Newsom endorses Hillary Clinton. Bill Clinton endorses Newsom. To the surprise of no one, the former President and his ripening, young protégé will take the state’s fundraising season by storm. As the Godfather of political favors makes his way up and down the coast, we cannot help but wonder: what does it all mean?
Now 14 months away from electing a new governor, and Newsom pulls out the big guns; all the while Jerry Brown continues a soul-searching courtship dance under the alias of Jerry Brown for Attorney General. Does this mean Newsom will peak too early? Not exactly. According to survey results from the Annenberg Election Study conducted in 2000, endorsements indeed play a salient role in primary contests. This study indicates that in the early months of a primary election, individual endorsements can and do influence voter choice.
But how much influence can a former President have on local voters? The
Since the Democratic field still has yet to be solidified, let us examine the impact of endorsements on the Republican primary races (also not entirely solidified, but further along in gestation than Newsom vs. Brown head-scratcher). Log on to Steve Poizner’s website, and see the whole host of about 100 prominent state leaders in Poizner’s endorsement camp. Meg Whitman takes a different approach, featuring big-ticket Republican presidential nominees John McCain and Mitt Romney on her roster of supporters. While Whitman’s recent dip may have more to do with this week's “playing for field position” in her refusal to debate with fellow Republican primary candidates than it does her endorsement registry, will Poizner’s list of renowned state officials – less “elite” than a Clinton, McCain or Romney – make him the more sustainable candidate?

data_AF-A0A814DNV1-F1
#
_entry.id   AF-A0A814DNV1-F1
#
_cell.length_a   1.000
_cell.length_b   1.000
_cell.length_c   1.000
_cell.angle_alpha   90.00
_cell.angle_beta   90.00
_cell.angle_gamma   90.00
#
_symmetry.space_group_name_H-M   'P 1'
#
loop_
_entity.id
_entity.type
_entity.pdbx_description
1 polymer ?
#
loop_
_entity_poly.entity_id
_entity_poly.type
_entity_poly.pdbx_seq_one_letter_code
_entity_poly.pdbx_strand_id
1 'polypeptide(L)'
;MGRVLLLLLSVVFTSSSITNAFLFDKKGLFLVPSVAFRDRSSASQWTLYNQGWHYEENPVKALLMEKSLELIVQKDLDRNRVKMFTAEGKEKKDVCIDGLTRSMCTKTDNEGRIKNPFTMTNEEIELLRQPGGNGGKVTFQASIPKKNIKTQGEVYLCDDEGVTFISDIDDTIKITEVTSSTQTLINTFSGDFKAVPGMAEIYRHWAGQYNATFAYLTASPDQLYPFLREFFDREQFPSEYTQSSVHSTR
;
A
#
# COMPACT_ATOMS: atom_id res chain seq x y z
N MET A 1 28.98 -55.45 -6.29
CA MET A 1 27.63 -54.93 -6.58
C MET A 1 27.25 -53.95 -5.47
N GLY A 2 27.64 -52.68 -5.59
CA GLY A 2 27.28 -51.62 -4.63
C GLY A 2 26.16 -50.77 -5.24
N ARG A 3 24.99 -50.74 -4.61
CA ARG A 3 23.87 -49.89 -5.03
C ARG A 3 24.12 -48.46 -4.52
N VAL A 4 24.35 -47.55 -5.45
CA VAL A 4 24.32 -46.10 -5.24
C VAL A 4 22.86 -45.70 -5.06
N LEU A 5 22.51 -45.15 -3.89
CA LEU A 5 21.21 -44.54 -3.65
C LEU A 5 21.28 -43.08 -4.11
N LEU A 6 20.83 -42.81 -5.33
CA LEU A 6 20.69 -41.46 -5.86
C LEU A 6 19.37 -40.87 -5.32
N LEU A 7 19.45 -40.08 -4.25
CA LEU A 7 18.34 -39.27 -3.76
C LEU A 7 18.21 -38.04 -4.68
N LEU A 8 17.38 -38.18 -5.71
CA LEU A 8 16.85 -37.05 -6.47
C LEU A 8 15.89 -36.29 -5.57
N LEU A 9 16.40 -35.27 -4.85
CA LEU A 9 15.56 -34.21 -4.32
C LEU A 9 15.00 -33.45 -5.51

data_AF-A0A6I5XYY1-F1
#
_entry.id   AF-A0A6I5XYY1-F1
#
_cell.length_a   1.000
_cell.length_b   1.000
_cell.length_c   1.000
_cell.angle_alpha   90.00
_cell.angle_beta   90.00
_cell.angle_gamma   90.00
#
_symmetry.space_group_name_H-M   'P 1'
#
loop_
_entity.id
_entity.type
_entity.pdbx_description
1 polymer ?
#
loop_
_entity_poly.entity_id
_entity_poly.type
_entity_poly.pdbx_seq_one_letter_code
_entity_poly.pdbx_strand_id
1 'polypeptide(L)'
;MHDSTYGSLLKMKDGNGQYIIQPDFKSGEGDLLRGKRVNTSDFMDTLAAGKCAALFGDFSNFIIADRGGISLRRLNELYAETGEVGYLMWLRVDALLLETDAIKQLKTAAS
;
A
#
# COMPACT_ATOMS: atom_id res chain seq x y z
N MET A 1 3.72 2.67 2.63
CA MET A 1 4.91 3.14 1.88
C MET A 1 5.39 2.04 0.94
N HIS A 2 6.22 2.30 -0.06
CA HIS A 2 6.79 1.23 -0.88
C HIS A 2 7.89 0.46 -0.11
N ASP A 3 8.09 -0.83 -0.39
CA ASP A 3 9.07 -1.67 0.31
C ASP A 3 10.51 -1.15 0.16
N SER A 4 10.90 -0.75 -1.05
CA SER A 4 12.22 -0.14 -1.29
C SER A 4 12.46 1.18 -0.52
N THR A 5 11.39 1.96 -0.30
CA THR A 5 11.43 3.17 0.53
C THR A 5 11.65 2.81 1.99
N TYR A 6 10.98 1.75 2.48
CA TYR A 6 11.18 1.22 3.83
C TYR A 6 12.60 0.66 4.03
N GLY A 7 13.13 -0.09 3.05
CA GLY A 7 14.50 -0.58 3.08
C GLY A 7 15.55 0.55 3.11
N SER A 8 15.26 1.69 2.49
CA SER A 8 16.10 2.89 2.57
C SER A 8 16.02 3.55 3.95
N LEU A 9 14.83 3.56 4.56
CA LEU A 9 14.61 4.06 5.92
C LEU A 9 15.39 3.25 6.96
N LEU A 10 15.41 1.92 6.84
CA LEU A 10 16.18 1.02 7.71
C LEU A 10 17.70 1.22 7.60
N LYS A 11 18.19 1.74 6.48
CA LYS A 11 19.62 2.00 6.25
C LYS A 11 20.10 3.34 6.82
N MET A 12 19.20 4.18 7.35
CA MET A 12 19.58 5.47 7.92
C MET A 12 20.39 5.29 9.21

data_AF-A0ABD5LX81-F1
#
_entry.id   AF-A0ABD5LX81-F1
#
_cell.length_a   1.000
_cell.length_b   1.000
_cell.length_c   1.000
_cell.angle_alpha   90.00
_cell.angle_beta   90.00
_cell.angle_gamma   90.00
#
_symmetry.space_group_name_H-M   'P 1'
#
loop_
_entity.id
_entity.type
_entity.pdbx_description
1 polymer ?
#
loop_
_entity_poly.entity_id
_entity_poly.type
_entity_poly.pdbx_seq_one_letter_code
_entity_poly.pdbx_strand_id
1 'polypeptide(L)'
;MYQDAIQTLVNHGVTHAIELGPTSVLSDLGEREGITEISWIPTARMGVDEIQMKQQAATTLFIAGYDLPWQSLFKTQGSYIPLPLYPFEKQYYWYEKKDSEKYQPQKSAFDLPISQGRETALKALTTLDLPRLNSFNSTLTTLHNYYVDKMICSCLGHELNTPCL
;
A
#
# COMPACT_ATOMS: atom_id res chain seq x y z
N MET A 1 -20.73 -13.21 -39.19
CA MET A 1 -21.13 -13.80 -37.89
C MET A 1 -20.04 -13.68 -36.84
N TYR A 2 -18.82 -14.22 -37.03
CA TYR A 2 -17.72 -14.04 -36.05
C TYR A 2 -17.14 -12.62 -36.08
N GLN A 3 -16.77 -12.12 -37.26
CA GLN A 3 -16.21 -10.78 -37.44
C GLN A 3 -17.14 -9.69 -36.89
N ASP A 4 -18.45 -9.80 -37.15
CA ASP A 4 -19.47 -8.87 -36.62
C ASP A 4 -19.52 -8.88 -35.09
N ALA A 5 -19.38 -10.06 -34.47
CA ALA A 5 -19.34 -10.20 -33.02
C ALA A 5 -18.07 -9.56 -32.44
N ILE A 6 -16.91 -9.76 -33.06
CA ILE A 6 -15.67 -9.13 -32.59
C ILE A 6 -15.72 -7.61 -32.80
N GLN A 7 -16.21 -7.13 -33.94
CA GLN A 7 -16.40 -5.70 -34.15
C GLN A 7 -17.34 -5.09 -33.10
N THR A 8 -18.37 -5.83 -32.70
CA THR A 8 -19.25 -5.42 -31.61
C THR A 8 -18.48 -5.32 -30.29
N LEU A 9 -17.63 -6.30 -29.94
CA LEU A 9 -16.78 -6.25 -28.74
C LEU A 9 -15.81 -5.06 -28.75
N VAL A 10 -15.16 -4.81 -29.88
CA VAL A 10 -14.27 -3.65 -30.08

My guess is no. Big-ticket names get candidates the donations they need in this early primary season. In the midst of a high level of distrust that voters maintain for state officials, it would be hard to believe that State Senators and Assemblymen can improve Poizner’s legitimacy and standing with voters. The